Figure 5 illustrates a fragmentary side view of a modified form of the invention employing a rigid record supporting plate resting on the usual turntable felt cushion.

Referring now to the drawing wherein'like reference numerals denote like parts throughout the several views, the numeral. i0 designates'a turntable which is adapted to be rotated by an electric motor II in the conventional manner. The motor H is adapted to be energized by being connected to a source of electrical energy through main line conductors l2 and I3, a plug I I4, conductors l5 and I6, and a switch IT.

The sound grooves are adapted to be embossed in the record by means of an electrically actuated recording head is arranged to swing over the turntable l0 and being driven in this swinging movement by power driven mechanism, not shown. A suitable mechanism for this purpose was disclosed in my prior Patent No. 2,133,596, dated October 18, 1938. The sound vibrations received by the apparatus are reproduced in the form of a spiral groove in the disk record 24 by means of an embossing stylus is carried by the recording head II, the latter being responsive to an electrical circuit which includes a microphone 20, a pair of conductors 2|. a vacuum tube amplifier 22, and a pair of conductors 23. The recording head I! is of a conventional type, and is adapted to rest upon the surface of a disk record 24 with a pressure of about four ounces.

The disk record 24 is preferably made from a thin flexible metal, such as sheet aluminum, having a thickness of less than .015", and preferably being previously annealed at a temperaure of approximately 300 degrees F. to soften it and relieve it of all strains. The resultant disk 24 may be termed semi-rigid," when com- ..pared with ,the conventional hard rigid disks previously employed, which were generallyat least .030" in thickness and unannealed. The diameter of the disk 24 may be chosen as desired, and preferably should be such that the record will not buckle during handling or recording. For example, if a disk .006" in thickness is used, it has been found that for most efficient results the record should not exceed '7 inches in diameter.,

In order to drive the thin semi-rigid annealed aluminum disk record 24 while, being embossed with sound grooves 25 (Fig. 4) withoutappreciable warping, the center spindle 26 of the tumtable II is interlocked with the center opening 21 in said record. For this purpose the spindle 26 is made square in cross-section, and fits snugly within the opening 21 which is also made of the same square shape. The turntable i is provided with a flat, smooth, hard and rigid top surface 28, thus preventing the embossing stylus from producing warpage in the record 24 during the recording operation.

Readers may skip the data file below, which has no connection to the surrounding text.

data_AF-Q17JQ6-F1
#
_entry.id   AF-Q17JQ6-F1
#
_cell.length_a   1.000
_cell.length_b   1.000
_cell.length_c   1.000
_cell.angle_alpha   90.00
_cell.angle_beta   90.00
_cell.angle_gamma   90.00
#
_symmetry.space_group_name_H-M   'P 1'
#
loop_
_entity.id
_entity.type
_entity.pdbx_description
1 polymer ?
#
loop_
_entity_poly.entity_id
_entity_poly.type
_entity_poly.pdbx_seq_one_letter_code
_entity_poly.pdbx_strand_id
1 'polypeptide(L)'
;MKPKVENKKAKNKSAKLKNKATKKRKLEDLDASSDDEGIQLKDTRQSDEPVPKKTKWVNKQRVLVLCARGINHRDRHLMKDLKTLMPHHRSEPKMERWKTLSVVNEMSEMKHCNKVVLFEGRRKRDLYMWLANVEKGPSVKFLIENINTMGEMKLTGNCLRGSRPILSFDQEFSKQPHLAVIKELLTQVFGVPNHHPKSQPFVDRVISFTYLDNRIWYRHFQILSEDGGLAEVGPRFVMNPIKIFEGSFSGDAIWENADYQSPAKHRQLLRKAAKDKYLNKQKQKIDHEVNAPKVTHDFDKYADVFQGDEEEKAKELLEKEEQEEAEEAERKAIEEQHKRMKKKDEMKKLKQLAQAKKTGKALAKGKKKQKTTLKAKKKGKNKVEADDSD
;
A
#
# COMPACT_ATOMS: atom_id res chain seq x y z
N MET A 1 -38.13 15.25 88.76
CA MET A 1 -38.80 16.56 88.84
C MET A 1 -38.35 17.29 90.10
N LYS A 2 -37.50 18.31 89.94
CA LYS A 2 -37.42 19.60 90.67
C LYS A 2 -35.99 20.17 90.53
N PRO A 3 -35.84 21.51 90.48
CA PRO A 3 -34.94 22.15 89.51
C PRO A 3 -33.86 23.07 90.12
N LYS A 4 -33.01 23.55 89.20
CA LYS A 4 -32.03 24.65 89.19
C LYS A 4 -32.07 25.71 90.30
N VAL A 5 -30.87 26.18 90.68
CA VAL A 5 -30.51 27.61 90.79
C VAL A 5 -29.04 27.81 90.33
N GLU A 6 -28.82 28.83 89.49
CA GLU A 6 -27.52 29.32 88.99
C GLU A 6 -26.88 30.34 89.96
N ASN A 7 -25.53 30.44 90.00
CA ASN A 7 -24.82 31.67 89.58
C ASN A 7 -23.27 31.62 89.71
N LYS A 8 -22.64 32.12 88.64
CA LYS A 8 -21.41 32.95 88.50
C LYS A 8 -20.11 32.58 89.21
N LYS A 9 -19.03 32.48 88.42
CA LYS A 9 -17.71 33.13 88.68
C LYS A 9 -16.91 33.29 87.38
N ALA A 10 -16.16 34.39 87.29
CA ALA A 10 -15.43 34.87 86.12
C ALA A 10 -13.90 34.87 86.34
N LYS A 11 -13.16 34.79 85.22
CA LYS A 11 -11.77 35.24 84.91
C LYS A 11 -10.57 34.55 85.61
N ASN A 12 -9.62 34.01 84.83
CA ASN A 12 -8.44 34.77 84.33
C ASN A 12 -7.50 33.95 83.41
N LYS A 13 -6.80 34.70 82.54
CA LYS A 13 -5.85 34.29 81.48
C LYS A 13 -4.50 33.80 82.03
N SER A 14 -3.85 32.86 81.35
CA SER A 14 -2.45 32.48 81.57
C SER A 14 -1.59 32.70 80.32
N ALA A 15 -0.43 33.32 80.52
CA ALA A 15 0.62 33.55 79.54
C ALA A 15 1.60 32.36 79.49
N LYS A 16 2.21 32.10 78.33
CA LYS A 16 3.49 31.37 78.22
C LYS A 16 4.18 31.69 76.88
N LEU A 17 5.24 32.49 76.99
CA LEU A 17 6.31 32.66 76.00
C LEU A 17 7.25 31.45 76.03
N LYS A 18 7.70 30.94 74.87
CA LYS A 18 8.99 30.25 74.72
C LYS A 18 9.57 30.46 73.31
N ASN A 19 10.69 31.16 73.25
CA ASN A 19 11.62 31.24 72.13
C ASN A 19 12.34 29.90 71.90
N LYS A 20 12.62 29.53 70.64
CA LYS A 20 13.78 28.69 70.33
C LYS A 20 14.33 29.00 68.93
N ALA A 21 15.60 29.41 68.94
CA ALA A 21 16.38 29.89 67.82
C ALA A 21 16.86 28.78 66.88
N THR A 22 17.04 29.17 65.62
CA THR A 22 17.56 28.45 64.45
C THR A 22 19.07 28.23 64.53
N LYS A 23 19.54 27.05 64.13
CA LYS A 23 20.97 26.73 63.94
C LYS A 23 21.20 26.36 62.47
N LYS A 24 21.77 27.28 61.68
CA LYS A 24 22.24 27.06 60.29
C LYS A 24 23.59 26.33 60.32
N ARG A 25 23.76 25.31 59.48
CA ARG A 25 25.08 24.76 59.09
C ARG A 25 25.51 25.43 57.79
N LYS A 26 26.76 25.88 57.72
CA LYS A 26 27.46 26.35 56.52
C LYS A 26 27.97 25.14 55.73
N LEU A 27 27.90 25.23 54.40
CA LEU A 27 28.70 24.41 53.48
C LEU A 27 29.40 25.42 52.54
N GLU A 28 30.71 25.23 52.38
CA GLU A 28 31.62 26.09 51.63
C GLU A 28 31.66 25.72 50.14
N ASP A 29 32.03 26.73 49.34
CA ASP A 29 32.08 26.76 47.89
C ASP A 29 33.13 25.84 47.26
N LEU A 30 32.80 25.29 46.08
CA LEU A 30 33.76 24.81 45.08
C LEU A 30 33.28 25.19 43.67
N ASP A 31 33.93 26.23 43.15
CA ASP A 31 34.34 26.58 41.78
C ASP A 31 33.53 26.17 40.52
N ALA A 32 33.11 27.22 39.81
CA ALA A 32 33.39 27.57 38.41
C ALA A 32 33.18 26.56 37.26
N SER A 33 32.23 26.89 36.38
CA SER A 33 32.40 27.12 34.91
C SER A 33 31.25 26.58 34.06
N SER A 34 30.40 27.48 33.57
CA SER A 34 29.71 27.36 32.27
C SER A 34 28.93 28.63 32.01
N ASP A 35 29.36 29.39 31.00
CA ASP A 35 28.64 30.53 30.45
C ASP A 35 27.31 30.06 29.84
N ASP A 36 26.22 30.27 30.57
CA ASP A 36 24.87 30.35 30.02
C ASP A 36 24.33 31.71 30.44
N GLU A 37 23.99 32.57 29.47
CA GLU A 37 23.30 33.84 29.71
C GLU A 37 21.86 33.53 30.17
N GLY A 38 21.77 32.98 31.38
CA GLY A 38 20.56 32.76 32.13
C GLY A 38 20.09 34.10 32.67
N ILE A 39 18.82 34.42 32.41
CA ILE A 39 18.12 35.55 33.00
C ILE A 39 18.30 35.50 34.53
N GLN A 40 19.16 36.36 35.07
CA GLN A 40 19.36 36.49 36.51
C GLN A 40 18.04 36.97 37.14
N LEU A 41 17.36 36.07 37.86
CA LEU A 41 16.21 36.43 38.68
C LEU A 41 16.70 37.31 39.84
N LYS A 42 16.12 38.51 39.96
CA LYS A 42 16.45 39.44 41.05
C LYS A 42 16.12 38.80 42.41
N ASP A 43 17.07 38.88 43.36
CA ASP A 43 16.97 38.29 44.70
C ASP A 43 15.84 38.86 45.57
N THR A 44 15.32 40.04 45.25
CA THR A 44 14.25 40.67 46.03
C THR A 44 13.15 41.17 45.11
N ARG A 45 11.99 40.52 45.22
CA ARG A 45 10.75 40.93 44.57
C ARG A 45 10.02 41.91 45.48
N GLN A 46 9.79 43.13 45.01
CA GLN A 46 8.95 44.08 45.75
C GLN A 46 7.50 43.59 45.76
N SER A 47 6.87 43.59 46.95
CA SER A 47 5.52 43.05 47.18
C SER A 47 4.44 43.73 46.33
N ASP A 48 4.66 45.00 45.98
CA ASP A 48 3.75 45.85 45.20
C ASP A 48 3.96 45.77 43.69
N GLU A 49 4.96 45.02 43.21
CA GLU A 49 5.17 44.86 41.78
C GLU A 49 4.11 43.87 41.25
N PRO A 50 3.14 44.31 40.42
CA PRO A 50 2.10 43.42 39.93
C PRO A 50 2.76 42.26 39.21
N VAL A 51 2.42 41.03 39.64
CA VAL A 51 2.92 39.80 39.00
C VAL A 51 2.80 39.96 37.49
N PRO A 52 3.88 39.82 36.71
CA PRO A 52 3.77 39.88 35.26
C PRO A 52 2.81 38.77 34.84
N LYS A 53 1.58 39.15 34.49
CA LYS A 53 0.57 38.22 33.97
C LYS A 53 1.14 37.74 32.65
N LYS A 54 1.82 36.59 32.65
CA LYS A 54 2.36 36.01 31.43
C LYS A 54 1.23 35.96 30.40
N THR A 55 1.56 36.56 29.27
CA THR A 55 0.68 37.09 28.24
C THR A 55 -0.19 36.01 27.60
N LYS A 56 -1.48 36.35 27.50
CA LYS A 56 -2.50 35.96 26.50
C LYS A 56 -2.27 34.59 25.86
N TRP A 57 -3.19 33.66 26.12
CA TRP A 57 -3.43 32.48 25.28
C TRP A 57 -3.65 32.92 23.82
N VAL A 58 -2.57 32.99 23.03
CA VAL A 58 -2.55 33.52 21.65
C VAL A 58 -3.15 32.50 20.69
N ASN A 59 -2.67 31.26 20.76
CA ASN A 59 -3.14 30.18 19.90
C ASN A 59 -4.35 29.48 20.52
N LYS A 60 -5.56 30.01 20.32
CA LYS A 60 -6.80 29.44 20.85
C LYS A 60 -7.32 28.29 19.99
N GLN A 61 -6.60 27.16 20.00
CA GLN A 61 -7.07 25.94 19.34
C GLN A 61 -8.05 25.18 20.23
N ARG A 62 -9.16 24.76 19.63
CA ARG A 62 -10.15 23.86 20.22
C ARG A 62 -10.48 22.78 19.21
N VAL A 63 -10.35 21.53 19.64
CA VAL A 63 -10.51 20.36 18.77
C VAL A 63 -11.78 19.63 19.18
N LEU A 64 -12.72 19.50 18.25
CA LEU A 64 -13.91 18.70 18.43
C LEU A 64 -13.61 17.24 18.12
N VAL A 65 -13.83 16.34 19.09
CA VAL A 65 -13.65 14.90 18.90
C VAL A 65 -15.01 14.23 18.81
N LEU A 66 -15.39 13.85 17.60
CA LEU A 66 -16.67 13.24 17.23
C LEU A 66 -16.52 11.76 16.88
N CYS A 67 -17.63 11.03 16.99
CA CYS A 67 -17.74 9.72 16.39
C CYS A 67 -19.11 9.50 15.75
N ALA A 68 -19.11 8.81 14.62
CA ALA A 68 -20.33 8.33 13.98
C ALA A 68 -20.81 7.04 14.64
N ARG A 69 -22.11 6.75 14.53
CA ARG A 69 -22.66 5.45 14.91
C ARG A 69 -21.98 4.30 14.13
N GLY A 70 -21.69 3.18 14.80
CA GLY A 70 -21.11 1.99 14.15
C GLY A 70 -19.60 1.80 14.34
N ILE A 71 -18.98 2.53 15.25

In order to produce more shallow grooves which may be more closely spaced (such as 160- 200 grooves to the inchlthan was previously possible, the pressure of theembossing stylus on the record should preferably be about 4 ounces, as compared to the high recording pressures 16 ounces) formerly employed.

same

side of the disk record 24 without appreciable warping.

In operation, the stylus l8 forces up a pair of lateral ribs 3| and 32, which define the side borders of the sound groove and materially reinforce the stiffness of the record.

If desired, the blank disk record 24 may have a ring-shaped marking area 33 etched upon its surface within the sound grooves for permitting the user to make any desired indicia or memoranda thereon with a pencil. Three rectangular shaped marking portions 34, 35 and 35 may also be etched on the record for receiving any other desired indicia pertaining to the sounds recorded thereon.

It has also been found that if desired, the operator may write directly across the sound grooves with a pencil without harming said grooves or affecting the reproduction of the sounds recorded thereon.

, when the record is used for receiving dictation of correspondence, in which case the thin record may be clipped to the copy of the letter transcribed therefrom.